America's Ring of Fire

America’s ring of fire

Wildfires are getting bigger, more expensive to fight and closer than ever to where people live. Reveal examines how wildfires got so dangerous – and how some areas are fighting back. Credit: Anna Vignet for Reveal

UPDATE, June 17, 2017: Host Al Letson speaks with Ross Hauck from the Kansas Forest Service, the smallest forest service in the nation. That became a problem for Hauck this spring when the state’s largest wildfire in history burned hundreds of thousands of acres. An updated version of the original episode can be heard on this page.

Wildfires are getting bigger, more expensive to fight and closer than ever to where people live. The consequences can be deadly. This episode of Reveal examines how wildfires got so dangerous – and how people in some areas are fighting back.

As the number of wildfires increases, they’re also causing more damage than before. We learn from Reveal senior data reporter Eric Sagara that this isn’t a problem exclusive to the Western United States – more and more Americans are building homes in wildlands across the country.

Next, we hear from data reporter Emmanuel Martinez about the 2013 Yarnell Hill Fire in Arizona. That disaster took the lives of 19 specially trained firefighters, destroyed more than 100 homes and burned more than 8,000 acres. But it hasn’t scared people away from living in Yarnell. Three years later, about half the homes lost in the fire have been rebuilt, even though the threat of wildfire is still there.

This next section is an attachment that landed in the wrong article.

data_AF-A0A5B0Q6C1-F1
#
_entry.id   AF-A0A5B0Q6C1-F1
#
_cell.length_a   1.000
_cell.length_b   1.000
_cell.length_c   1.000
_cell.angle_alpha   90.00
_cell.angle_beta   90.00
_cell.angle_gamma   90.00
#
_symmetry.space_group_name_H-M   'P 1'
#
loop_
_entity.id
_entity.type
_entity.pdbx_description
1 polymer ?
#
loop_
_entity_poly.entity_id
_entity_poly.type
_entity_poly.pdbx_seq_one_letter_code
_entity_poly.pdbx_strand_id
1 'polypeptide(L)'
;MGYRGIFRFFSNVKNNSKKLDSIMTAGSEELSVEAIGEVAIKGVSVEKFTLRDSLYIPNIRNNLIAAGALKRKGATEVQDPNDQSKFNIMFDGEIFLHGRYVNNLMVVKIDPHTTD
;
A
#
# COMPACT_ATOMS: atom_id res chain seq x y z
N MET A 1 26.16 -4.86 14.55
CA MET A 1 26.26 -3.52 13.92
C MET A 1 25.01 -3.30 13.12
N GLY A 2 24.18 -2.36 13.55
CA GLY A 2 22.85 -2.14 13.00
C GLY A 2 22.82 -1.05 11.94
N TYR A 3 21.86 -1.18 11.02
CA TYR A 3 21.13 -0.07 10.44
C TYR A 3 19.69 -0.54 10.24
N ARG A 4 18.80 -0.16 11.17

And one Arizona town has a solution to its wildfire problem: It’s cutting trees to save the forest. Producer Ike Sriskandarajah takes us to Flagstaff where residents voted to invest in transforming their fire department and landscape to prevent the dense forest surrounding them from turning into a ring of fire.

Finally, we head to California, where water agencies withheld the identity of a single home using 11.8 million gallons of water during a crippling drought year. Our senior news applications developer Michael Corey turned to satellites and some fancy math to zero in on the Wet Prince of Bel Air.

DIG DEEPER

Support for Reveal is provided by The Reva and David Logan Foundation, the Ford Foundation, the John D. and Catherine T. MacArthur Foundation and Mary and Steven Swig.

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